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FBI and State Law Enforcement Agencies Used Flawed Forensic Hair Matches in Almost All Criminal Trials Prior to the Year 2000

April 19, 2015  |  Posted by: JammedUp Staff
FBI and State Law Enforcement Agencies Used Flawed Forensic Hair Matches in Almost All Criminal Trials Prior to the Year 2000

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The Washington Post is reporting that the Department of Justice and the FBI are acknowledging the use of flawed forensic testimony in almost all criminal cases over the span of three decades.

The report confirmed that almost every expert from the elite FBI forensic unit gave erroneous evidence in almost every criminal trial against defendants prior to the year 2000.

A total of 26 out of 28 experts from the FBI’s microscopic hair examination unit exaggerated forensic matches that favored prosecutors. According to the National Defense of Criminal Defense Lawyers (NDCL) the flawed testimony occurred in over 95 percent of the 268 trials reviewed so far.

The NDCL is assisting the government in the largest post-conviction review of the questionable forensic evidence.

Cases include 32 defendants who were sentenced to death. Out of the 32 convictions, 14 were either executed or ended up dying in prison. The group and the government agreed to release results after the review of the first 200 sentences.

The faulty testimony by the FBI alone did not correlate in the convictions of the defendants; other evidence were presented to prove many of the convict’s guilt. However, four defendants have been previously exonerated, and others are being contacted along with federal and state prosecutors in 46 states to discern if there are grounds for appeals.

Legal analysts say the confirmation of the flawed depositions is a landmark moment in what is being called the largest forensics scandal in U.S. history. The scandal calls to attention the systemic failure of the nation’s courts decision to withhold false scientific information from selected juries,

Now experts are asking how will state and federal courts respond to the admissions that confirm what many have long argued are flawed forensic techniques. Those include hair and bite-mark testing that has contributed to the wrongful convictions in over twenty-five percent of the 329 DNA-exoneration cases since 1989.

The FBI and Justice Department said in a statement that both agencies vowed to continue to devote assets to review all cases. “Both agencies are committed to assuring all defendants who have been affected are alerted of past transgressions, so that in every case justice is done.

The FBO and DOJ said in the joint statement that they are “committed to making sure that all future procedural applications of forensic science techniques, including hair and nail analysis are secure and accurate.”

Peter Neufeld, co-founder of the Innocence Project, hailed the collaboration by the FBI and DOJ. But said, “The FBI’s three-decade use of microscopic hair analysis to incriminate defendants was a complete disaster.”

“We need an exhaustive investigation into how the courts allowed faulty testimony by examiners used by the FBI and state governments, trained by the FBI. And we need to know why wasn’t it stopped sooner,”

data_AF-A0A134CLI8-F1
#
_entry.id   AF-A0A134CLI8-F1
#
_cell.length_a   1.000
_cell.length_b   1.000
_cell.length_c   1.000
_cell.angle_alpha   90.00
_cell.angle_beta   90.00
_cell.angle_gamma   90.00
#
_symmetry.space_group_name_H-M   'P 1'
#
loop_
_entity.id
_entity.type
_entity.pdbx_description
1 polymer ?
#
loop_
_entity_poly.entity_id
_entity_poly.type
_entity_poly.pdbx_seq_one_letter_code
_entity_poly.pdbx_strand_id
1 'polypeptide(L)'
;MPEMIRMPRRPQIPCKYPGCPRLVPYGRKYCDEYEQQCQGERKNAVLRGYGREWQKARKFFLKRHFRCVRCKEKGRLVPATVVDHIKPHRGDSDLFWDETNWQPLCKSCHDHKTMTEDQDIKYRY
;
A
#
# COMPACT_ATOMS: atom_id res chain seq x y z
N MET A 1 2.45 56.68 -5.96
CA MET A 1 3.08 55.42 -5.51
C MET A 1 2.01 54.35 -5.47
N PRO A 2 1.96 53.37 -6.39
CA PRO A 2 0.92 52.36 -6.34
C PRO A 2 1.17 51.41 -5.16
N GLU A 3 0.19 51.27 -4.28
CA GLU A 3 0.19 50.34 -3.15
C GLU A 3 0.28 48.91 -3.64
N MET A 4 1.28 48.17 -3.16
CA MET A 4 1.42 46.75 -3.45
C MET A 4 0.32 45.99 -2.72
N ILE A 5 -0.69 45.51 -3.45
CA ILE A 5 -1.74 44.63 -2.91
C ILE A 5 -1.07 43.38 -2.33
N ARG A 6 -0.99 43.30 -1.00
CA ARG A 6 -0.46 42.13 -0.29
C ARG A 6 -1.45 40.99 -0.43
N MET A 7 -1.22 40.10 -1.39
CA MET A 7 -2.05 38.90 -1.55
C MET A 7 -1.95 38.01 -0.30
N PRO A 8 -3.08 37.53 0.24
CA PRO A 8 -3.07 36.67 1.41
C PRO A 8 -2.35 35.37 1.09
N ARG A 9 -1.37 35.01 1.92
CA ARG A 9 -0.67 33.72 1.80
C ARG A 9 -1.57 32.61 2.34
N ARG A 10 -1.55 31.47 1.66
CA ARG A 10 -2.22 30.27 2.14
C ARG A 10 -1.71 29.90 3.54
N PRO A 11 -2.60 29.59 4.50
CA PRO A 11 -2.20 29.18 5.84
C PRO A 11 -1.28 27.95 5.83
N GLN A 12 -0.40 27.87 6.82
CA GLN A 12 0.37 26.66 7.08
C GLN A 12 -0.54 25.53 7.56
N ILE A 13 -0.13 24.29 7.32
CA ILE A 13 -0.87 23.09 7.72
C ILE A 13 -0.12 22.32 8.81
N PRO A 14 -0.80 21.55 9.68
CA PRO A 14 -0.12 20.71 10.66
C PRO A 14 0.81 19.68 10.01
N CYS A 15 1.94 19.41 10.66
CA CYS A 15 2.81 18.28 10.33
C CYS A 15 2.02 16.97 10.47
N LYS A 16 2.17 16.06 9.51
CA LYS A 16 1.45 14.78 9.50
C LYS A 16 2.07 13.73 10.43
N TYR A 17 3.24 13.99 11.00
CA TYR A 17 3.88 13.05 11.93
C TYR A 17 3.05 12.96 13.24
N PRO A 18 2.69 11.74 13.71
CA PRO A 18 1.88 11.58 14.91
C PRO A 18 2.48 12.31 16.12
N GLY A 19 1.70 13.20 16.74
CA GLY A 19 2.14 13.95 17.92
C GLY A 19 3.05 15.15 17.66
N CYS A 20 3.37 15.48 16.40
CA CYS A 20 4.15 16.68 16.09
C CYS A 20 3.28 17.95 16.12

Neufeld said.

Norman L. Reimer, the NACDL’s executive director, said, “Hopefully, this project establishes a precedent so that in future situations it will not take years to remediate the injustice.”

Although many unnamed federal officials have acknowledged the wide-ranging problems, the FBI until now has not commented due to the fact their findings might not be representative.

Former prosecutor and current U.S. Sen. Richard Blumenthal (D-Conn.), has demanded the FBI and DOJ notify all defendants in the 2,500 cases involving the flawed FBI hair match about the problem, even if the review of their case is not yet completed. Blumenthal called on both agencies double their efforts in the three-year-old study to all thesalvage information on each of the targeted cases.

“The findings of the review are appalling and is a chilling indictment of our criminal justice system, not only for the possible innocent defendants who have been wrongly imprisoned and even executed, but for prosecutors who have relied on fabricated and false evidence despite their intentions to faithfully enforce the law,” Blumenthal said.

According to the Washington Post, the FBI sources said they will first complete the reviews before it assesses the causes, but did admit that until 2012, hair examination experts lacked written guidelines determining what would be deemed a scientifically appropriate and erroneous process to explain findings in court. The FBI expects by the end of the year to have in place similar guidelines in place for testimony and lab reports for an additional 19 forms of forensic testing.

Federal law enforcement agencies launched the investigation in 2012 after The Washington Post reported that flawed testing of the forensic hair matches might have led to the convictions of hundreds of potentially innocent people since at least the 1970s. The majority of cases involved murder, rape, and other violent crimes nationwide.

Law enforcement agencies in the states of Texas, New York and North Carolina are reviewing their hair examiner cases, in addition, 15 other states will begin conducting reviews.

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